Two Political Parties Have Put Decriminalising Abortion In Their Manifesto

At some point in their lives, before the age of 45, one in three women will have an abortion. Just like pregnancy itself, the need to terminate one is a fact of life. We live in an overwhelmingly pro-choice country. According to recent data from NatCen – Britain’s independent social research institute – the overwhelming majority of people support a woman’s right to terminate a pregnancy. 
Yet as Refinery29’s #ImACriminal campaign has been working to highlight, abortion is still technically a criminal offence in England and Wales. This is because the 1967 Abortion Act – which legalised abortion for the first time in Britain – is underpinned by a Victorian law: the 1861 Offences Against The Person Act
Advertisement

At some point in their lives, before the age of 45, one in three women will have an abortion.

This means that a woman who ends her own pregnancy could face life imprisonment. Experts such as the British Medical Association (BMA), the British Pregnancy Advisory Service (BPAS), Marie Stopes and the Royal College of Obstetricians and Gynaecologists all agree that this not only reinforces outdated stigma when it comes to having an abortion, it ideologically underpins a clause in the 1967 Abortion Act which says that abortion is only lawful if two doctors agree that continuing with a pregnancy would affect a woman’s mental or physical health. 
This puts a strain on services and can cause delays to waiting times. It is also why there are restrictions as to where abortions can happen. 
Two women politicians in particular – Labour MPs Diana Johnson and Stella Creasy – have worked hard to try and do away with Sections 58 and 59 of the 1861 Act which criminalise abortion, making it technically a legal matter and not a health issue in the eyes of the law. In March 2017, Johnson won the right to introduce a bill to fully decriminalise abortion in the House of Commons. However, it did not make it into law. 

Sections 58 and 59 of the 1861 Offences Against The Person Act criminalise abortion, making it technically a legal matter and not a health issue in the eyes of the law.

As we approach the December general election, however, two of the main political parties have announced that they are putting the decriminalisation of abortion on their manifestos, pledging to sort this out should they be elected. 
Both Labour and the Liberal Democrats – who have also pledged to bring in buffer zones outside clinics to stop anti-abortion protestors harassing women – have committed to decriminalisation. 
Advertisement
The Conservative manifesto, which launched on Sunday, included no mention of the matter and the party did not respond to Refinery29’s request for comment. 
For as long as the 1861 Act affects our abortion laws, women will be undermined. As BPAS has pointed out, it is the reason that abortions must take place in a hospital or at specific clinics, and that a woman who wants one must meet one of the seven criteria that allow abortion. It also means that any woman or clinician who ends a pregnancy outside of the terms of the 1967 Abortion Act can be prosecuted and criminalised, and is the reason that women cannot access abortion pills at their GP.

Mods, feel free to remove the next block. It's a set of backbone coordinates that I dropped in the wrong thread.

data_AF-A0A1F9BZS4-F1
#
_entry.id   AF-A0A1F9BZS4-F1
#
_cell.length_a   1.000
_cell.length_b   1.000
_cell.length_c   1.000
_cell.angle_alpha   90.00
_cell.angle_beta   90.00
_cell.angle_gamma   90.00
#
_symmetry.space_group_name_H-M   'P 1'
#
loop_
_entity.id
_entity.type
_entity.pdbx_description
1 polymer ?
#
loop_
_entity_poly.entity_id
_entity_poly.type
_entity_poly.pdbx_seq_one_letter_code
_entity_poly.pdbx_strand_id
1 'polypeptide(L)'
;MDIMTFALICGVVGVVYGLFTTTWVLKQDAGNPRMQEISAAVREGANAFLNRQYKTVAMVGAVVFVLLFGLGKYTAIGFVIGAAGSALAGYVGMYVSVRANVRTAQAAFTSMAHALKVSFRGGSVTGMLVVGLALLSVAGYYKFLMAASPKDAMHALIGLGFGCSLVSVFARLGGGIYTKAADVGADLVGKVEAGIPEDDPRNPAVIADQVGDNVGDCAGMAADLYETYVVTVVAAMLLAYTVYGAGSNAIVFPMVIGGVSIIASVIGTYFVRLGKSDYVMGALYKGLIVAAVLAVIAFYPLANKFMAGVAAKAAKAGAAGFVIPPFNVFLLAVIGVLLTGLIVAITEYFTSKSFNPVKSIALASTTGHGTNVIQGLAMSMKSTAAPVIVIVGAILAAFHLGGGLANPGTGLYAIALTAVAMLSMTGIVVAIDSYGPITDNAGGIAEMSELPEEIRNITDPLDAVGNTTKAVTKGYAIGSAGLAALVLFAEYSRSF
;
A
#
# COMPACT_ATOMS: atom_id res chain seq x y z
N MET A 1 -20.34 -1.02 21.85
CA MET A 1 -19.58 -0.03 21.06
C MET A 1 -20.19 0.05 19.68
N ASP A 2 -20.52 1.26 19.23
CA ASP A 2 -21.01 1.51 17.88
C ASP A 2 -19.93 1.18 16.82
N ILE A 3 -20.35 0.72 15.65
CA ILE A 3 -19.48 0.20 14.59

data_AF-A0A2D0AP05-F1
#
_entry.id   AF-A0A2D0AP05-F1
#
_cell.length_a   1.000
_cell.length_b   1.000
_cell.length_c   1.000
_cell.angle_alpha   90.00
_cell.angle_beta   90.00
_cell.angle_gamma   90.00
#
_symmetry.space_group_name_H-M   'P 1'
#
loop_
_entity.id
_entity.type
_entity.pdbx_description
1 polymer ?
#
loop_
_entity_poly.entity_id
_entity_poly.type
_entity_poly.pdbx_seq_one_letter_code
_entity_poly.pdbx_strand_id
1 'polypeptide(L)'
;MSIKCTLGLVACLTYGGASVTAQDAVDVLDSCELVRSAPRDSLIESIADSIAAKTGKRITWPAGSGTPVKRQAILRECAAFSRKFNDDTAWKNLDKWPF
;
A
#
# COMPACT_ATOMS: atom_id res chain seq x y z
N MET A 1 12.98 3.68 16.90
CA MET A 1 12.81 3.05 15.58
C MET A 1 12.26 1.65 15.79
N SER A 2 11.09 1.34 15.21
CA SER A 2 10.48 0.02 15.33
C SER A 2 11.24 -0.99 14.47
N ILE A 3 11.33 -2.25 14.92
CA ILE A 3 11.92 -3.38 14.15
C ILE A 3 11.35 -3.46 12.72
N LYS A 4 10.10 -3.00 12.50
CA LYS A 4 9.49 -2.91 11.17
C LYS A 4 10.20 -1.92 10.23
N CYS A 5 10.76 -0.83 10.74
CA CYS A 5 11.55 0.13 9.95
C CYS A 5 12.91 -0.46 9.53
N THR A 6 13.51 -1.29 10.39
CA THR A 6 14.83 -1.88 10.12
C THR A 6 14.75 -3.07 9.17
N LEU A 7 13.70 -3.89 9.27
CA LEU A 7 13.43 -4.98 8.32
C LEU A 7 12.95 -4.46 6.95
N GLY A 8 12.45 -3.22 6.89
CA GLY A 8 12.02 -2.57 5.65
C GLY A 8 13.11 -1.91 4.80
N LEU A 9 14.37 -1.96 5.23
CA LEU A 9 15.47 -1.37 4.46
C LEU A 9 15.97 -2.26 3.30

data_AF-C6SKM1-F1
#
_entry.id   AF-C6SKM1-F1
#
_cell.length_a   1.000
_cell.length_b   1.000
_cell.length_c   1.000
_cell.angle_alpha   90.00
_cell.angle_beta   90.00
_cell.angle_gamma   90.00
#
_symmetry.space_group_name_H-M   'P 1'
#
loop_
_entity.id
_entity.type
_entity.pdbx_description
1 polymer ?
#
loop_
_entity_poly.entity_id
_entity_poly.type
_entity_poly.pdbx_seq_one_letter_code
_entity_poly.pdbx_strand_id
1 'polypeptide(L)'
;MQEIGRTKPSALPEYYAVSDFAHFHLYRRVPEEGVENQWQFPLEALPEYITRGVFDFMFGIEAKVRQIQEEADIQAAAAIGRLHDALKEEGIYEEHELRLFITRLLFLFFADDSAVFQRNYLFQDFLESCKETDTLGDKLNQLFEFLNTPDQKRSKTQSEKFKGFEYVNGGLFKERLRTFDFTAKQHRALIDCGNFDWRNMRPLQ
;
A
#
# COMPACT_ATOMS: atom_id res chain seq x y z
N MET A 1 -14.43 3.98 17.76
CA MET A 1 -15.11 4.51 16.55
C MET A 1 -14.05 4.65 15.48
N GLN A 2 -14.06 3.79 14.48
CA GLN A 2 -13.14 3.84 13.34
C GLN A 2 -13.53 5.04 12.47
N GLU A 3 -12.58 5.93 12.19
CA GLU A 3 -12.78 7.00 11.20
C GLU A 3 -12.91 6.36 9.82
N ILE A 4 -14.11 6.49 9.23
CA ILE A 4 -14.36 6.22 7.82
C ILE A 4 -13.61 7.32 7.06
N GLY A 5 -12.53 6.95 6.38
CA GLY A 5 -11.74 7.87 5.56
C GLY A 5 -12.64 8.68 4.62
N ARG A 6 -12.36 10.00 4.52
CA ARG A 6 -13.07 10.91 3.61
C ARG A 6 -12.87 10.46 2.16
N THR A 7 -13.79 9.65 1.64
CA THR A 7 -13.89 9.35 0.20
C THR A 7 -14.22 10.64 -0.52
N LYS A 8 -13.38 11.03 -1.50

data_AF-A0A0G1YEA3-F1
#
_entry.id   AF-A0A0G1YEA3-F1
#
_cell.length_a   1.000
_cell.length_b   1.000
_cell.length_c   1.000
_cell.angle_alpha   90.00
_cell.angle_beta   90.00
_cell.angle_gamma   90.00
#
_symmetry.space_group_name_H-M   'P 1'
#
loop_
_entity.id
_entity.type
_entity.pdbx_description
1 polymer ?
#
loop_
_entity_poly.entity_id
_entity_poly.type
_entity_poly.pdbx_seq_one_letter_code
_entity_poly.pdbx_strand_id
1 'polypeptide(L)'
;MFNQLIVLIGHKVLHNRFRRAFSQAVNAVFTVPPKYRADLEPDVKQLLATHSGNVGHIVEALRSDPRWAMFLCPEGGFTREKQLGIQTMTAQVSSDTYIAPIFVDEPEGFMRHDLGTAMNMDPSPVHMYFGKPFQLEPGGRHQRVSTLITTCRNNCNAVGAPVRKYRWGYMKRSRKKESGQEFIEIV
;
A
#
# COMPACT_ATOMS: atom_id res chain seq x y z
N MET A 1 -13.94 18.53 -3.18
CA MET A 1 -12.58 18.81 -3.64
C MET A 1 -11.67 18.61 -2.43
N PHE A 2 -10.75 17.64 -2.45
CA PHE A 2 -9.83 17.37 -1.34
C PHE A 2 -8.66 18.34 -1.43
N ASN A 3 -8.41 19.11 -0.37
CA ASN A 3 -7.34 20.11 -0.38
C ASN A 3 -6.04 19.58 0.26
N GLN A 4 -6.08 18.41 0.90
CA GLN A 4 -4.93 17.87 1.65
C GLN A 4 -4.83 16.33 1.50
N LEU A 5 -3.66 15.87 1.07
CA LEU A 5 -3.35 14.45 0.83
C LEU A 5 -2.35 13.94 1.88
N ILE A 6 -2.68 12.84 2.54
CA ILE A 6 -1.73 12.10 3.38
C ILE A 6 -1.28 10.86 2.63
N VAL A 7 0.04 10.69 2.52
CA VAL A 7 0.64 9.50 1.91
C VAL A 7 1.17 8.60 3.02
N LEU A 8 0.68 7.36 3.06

This can have serious implications for women who are in abusive relationships and need to find a reason to travel to a specialist clinic, often quite a distance from their home. 
Sweden, Norway and France all have nurse or midwife-led abortion services, so the law in England and Wales is not only lagging behind our European counterparts, it’s over a century out of date. 

Sweden, Norway and France all have nurse or midwife-led abortion services. So the law in England and Wales is not only lagging behind our European counterparts, it's over a century out of date. 

BPAS welcomed the respective commitments from both Labour and the Liberal Democrats. In a statement they said:
"We welcome the Labour Party’s manifesto commitment to decriminalise abortion in England and Wales. Over the last week, the manifesto released by the Liberal Democrats has also included a pledge to decriminalise abortion and legislate for buffer zones around abortion clinics, and the Green Party has pledged to ensure access to legal, safe and affordable abortion services. For many years, BPAS has been campaigning alongside a coalition of medical bodies and women’s charities for the decriminalisation of abortion, to protect women from the threat of prosecution and allow the development of a truly patient-centred service. We live in a pro-choice country, and it is right that this is finally reflected within party manifestos."
Advertisement
"We know that MPs from across the House of Commons are supportive of decriminalisation: two previous attempts to decriminalise abortion have gained overwhelming support from MPs from all major political parties in England, Wales and Scotland, in 2017 and 2019 respectively. Public opinion, too, has swelled, with a recent poll revealing just 14% of the public support the current criminal sanctions for abortion. Healthcare bodies including the British Medical Association, the Faculty of Sexual and Reproductive healthcare and the Royal Colleges of Midwives, Nursing, GPs and Obstetricians and Gynaecologists all support decriminalisation."
"It is clear the current law is no longer fit for purpose. We look forward to working with MPs from across the house in the next parliament to change it for the better."
Please sign our petition to keep the pressure on politicians and help us change the law to fix abortion provision once and for all.
Advertisement

More from Politics

R29 Original Series